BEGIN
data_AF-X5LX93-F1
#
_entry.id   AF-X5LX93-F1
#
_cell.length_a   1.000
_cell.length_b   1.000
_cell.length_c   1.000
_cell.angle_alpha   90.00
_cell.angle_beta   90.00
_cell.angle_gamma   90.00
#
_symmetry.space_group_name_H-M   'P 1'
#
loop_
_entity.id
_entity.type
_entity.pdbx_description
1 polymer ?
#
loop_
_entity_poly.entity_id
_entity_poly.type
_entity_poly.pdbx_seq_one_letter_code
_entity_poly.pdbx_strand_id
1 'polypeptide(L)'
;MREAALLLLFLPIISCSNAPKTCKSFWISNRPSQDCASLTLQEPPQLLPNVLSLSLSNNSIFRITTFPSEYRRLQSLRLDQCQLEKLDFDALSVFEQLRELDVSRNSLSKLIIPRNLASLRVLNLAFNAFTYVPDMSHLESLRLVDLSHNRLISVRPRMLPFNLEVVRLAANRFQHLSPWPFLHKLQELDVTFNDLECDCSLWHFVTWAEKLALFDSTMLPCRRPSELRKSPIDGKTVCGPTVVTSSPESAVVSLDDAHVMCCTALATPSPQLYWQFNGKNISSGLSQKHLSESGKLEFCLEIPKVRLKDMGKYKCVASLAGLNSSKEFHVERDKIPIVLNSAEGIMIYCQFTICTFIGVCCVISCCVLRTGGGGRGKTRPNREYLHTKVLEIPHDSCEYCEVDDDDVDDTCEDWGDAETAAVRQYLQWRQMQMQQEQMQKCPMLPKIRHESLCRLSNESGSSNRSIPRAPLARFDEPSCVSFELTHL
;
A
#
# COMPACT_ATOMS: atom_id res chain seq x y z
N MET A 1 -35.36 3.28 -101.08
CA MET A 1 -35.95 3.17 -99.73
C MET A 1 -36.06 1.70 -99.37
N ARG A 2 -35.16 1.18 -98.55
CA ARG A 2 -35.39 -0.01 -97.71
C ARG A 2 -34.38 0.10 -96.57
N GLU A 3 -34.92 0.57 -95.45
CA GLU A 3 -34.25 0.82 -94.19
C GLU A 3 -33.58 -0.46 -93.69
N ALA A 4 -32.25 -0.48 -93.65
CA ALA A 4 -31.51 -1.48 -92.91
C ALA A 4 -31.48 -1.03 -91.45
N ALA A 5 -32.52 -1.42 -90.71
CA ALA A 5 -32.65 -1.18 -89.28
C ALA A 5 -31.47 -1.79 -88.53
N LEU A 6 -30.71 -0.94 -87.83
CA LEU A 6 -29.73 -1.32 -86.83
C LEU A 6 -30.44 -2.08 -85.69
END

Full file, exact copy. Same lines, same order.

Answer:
data_AF-X5LX93-F1
#
_entry.id   AF-X5LX93-F1
#
_cell.length_a   1.000
_cell.length_b   1.000
_cell.length_c   1.000
_cell.angle_alpha   90.00
_cell.angle_beta   90.00
_cell.angle_gamma   90.00
#
_symmetry.space_group_name_H-M   'P 1'
#
loop_
_entity.id
_entity.type
_entity.pdbx_description
1 polymer ?
#
loop_
_entity_poly.entity_id
_entity_poly.type
_entity_poly.pdbx_seq_one_letter_code
_entity_poly.pdbx_strand_id
1 'polypeptide(L)'
;MREAALLLLFLPIISCSNAPKTCKSFWISNRPSQDCASLTLQEPPQLLPNVLSLSLSNNSIFRITTFPSEYRRLQSLRLDQCQLEKLDFDALSVFEQLRELDVSRNSLSKLIIPRNLASLRVLNLAFNAFTYVPDMSHLESLRLVDLSHNRLISVRPRMLPFNLEVVRLAANRFQHLSPWPFLHKLQELDVTFNDLECDCSLWHFVTWAEKLALFDSTMLPCRRPSELRKSPIDGKTVCGPTVVTSSPESAVVSLDDAHVMCCTALATPSPQLYWQFNGKNISSGLSQKHLSESGKLEFCLEIPKVRLKDMGKYKCVASLAGLNSSKEFHVERDKIPIVLNSAEGIMIYCQFTICTFIGVCCVISCCVLRTGGGGRGKTRPNREYLHTKVLEIPHDSCEYCEVDDDDVDDTCEDWGDAETAAVRQYLQWRQMQMQQEQMQKCPMLPKIRHESLCRLSNESGSSNRSIPRAPLARFDEPSCVSFELTHL
;
A
#
# COMPACT_ATOMS: atom_id res chain seq x y z
N MET A 1 -35.36 3.28 -101.08
CA MET A 1 -35.95 3.17 -99.73
C MET A 1 -36.06 1.70 -99.37
N ARG A 2 -35.16 1.18 -98.55
CA ARG A 2 -35.39 -0.01 -97.71
C ARG A 2 -34.38 0.10 -96.57
N GLU A 3 -34.92 0.57 -95.45
CA GLU A 3 -34.25 0.82 -94.19
C GLU A 3 -33.58 -0.46 -93.69
N ALA A 4 -32.25 -0.48 -93.65
CA ALA A 4 -31.51 -1.48 -92.91
C ALA A 4 -31.48 -1.03 -91.45
N ALA A 5 -32.52 -1.42 -90.71
CA ALA A 5 -32.65 -1.18 -89.28
C ALA A 5 -31.47 -1.79 -88.53
N LEU A 6 -30.71 -0.94 -87.83
CA LEU A 6 -29.73 -1.32 -86.83
C LEU A 6 -30.44 -2.08 -85.69